The San Joaquin County Board of Supervisors on Tuesday voted 3-2 to authorize the county administrator to negotiate development agreements with commercial cannabis businesses, with supervisors Bob Elliott and Chuck Winn casting the dissenting votes.

“I’m not aware of any county that has entered into development agreements for commercial cannabis businesses,” San Joaquin County Counsel Mark Myles said.

Usually used for long-term projects such as housing, development agreements allow a property developer to complete a project under the regulations that apply at the time the agreement is negotiated, according to Myles, even if the regulations that govern that type of project change in the future.

“We don’t know how the cannabis industry is going to look two years from now, three years from now or five years from now,” Myles said.

After Measure B — a tax measure that would have effectively lifted the county’s ban on commercial cannabis businesses in unincorporated county areas — failed to pass with the necessary two-thirds majority vote during the November 2018 general election, Myles said his office has received a total of 10 requests from people who wish to operate such businesses.

A different agreement is negotiated for each applicant, Myles said, adding that supervisors could direct staff to give priority to certain types of businesses such as testing facilities over other types such as retail facilities.

The supervisors can also specify how they want funds generated from the fees to be spent, Myles said, such as law enforcement or education programs for children.

The application process could take anywhere from four to six months for simpler projects, Myles said, up to 12 to 18 months for more complex projects that require multiple permits and more thorough environmental impact reports.

Although he acknowledged that development agreements are not the most efficient way to regulate commercial cannabis businesses, he said they would be preferable to another statewide ballot initiative over which the county would have no control.

“I would rather have a county ordinance in place or county rules in place, than to have those things imposed on the county,” Myles said.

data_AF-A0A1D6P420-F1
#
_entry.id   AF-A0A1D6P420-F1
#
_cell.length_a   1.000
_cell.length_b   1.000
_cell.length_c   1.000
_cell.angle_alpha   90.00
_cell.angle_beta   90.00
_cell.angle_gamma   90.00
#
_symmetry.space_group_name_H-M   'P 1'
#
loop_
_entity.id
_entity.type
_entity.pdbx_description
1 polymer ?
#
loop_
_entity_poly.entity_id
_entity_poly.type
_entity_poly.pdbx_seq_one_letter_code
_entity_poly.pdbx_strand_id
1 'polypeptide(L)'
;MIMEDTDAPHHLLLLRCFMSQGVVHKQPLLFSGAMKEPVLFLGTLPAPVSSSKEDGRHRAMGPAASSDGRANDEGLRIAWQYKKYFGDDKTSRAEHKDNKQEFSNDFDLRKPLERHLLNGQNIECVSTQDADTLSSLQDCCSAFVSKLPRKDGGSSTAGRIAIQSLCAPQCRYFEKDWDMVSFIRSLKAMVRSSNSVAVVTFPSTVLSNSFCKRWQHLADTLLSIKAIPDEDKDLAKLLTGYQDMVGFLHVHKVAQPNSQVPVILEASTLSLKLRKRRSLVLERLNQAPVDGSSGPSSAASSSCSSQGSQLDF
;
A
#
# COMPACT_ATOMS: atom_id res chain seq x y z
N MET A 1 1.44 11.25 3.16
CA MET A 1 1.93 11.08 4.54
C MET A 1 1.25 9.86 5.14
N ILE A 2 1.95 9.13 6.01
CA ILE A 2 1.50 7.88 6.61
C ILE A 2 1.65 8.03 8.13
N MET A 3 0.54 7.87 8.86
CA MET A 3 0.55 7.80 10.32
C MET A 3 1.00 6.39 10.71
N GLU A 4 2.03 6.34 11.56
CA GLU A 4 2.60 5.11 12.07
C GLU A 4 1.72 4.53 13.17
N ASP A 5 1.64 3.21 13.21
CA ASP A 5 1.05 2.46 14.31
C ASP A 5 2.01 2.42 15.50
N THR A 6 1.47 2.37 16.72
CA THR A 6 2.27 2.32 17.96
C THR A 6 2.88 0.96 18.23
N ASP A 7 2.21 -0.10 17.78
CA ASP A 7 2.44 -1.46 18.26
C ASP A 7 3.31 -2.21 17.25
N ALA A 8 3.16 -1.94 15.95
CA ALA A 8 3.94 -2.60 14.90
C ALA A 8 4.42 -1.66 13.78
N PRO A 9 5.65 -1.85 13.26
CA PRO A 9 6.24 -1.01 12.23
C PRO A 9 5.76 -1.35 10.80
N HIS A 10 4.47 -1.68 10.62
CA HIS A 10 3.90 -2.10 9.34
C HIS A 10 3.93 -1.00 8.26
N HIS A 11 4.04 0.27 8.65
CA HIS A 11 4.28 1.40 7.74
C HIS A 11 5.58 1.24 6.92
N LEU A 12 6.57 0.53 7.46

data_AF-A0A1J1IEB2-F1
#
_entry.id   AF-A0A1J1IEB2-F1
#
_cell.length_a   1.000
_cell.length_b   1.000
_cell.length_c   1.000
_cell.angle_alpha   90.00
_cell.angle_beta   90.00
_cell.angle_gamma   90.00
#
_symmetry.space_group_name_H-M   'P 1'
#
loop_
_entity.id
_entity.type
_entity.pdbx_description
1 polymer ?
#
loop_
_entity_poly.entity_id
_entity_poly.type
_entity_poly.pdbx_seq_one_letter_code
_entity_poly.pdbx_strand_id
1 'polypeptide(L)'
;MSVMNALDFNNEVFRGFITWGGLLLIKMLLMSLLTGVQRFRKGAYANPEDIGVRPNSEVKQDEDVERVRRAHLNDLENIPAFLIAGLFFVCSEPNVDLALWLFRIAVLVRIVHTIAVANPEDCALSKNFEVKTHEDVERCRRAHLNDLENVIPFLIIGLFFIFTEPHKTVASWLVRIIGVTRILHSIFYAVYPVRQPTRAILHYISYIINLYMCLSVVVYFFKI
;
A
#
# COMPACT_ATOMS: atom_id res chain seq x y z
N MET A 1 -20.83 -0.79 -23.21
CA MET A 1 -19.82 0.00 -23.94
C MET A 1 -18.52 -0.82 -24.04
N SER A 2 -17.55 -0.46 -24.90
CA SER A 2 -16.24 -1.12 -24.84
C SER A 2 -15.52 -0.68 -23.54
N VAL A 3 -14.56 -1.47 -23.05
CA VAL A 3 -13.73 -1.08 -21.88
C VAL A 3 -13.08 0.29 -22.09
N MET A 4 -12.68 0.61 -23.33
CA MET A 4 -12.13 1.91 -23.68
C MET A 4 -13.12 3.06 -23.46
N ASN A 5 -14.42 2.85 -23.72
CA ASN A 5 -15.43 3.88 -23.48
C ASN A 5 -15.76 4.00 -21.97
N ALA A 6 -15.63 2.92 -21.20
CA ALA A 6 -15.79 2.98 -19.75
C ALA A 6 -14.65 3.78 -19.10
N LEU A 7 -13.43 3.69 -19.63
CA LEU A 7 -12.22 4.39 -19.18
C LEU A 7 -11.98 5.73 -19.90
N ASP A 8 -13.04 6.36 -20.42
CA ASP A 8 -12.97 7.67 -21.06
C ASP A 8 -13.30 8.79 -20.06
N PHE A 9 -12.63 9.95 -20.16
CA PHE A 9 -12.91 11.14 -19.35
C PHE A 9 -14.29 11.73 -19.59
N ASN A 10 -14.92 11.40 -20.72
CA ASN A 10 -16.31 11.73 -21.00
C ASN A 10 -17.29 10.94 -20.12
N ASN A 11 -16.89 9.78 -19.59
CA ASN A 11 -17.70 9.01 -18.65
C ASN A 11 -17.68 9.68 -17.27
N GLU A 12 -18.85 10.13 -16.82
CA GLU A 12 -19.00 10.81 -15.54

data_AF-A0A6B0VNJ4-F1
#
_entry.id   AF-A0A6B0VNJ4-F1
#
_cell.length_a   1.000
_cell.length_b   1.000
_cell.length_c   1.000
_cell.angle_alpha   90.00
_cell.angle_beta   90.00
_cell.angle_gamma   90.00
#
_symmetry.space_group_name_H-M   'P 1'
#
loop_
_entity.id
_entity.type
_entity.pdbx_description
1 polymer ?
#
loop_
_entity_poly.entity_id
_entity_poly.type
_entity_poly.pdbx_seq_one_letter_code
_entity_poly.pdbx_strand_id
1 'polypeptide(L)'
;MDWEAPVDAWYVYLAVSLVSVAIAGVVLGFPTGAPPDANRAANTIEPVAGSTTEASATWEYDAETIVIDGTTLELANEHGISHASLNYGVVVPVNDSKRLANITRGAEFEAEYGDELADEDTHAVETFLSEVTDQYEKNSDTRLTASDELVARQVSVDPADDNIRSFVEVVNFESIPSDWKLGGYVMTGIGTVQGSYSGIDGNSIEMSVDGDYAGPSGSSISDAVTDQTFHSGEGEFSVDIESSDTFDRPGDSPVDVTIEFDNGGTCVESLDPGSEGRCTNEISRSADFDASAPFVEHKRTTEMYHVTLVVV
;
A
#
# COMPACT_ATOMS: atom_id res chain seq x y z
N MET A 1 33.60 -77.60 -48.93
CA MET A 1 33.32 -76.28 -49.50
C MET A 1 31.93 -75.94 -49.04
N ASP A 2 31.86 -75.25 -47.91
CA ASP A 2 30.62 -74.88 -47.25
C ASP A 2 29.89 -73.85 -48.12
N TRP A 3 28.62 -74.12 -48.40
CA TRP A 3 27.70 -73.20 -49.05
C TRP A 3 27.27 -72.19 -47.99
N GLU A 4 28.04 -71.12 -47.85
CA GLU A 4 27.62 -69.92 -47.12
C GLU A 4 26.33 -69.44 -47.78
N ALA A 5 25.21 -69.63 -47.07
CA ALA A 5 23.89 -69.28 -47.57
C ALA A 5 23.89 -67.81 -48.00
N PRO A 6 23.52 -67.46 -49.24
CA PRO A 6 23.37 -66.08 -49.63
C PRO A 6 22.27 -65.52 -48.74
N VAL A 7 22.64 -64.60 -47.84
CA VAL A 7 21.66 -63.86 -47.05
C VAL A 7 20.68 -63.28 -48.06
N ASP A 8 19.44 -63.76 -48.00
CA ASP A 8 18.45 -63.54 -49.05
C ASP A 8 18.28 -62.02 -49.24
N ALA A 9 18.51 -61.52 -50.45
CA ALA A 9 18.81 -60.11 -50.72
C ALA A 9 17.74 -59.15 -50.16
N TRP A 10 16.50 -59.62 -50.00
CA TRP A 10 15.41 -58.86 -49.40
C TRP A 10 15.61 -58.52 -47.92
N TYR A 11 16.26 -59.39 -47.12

Elliott opposed the recommendation on the grounds that it would be difficult for law enforcement officers to identify which cannabis fields were legal and which were illegal, he said, and believes that San Joaquin should watch how other counties regulate their recreational cannabis markets before lifting its own ban.

“We don’t even know what the rules will be next year, let alone five years from now,” Elliott said. “Let’s keep our ban in place and wait and see what’s going to happen.”

Winn voiced his own opposition, claiming that allowing retail facilities would make cannabis more accessible to minors and that development agreements would not generate enough revenue from fees to cover the cost of enforcement.

“It’s a way to try to benefit a certain industry that has been unable to gain traction in the county,” Winn said. “I think it’s totally inappropriate in regards to development agreements and this type of industry.”

Winn also cited complaints from his constituents regarding cannabis’ odor.

“One couple in Woodbridge told me they can’t even enjoy a glass of wine on their porch because of the odor,” Winn said.

Supervisor Kathy Miller supported the recommendation, saying that the recreational use of cannabis by adults is legal and that development agreements are currently the county’s best chance at regulating the industry and generating additional revenue from it.

“Our residents will be better served by having a well-crafted ordinance on the books and having control over the pace (at which the industry grows,)” Miller said.

While Miller said she believes unincorporated county areas would most likely not provide a large customer base for retail facilities, she would like to see priority given to laboratory testing facilities when negotiating development agreements.

“We are in very short supply of those in this state, and I think it would be a good economic development opportunity for the county,” Miller said.

Supervisor Tom Patti also supported the recommendation, saying that he did not want to see San Joaquin County miss out on revenue that other counties are receiving.

“As we speak, right now, Sacramento and Stanislaus counties have (cannabis) delivery services coming to San Joaquin County and we are not seeing one cent of that,” Patti said. “I for one, do believe we need to be a bit more holistic in how we view this.”

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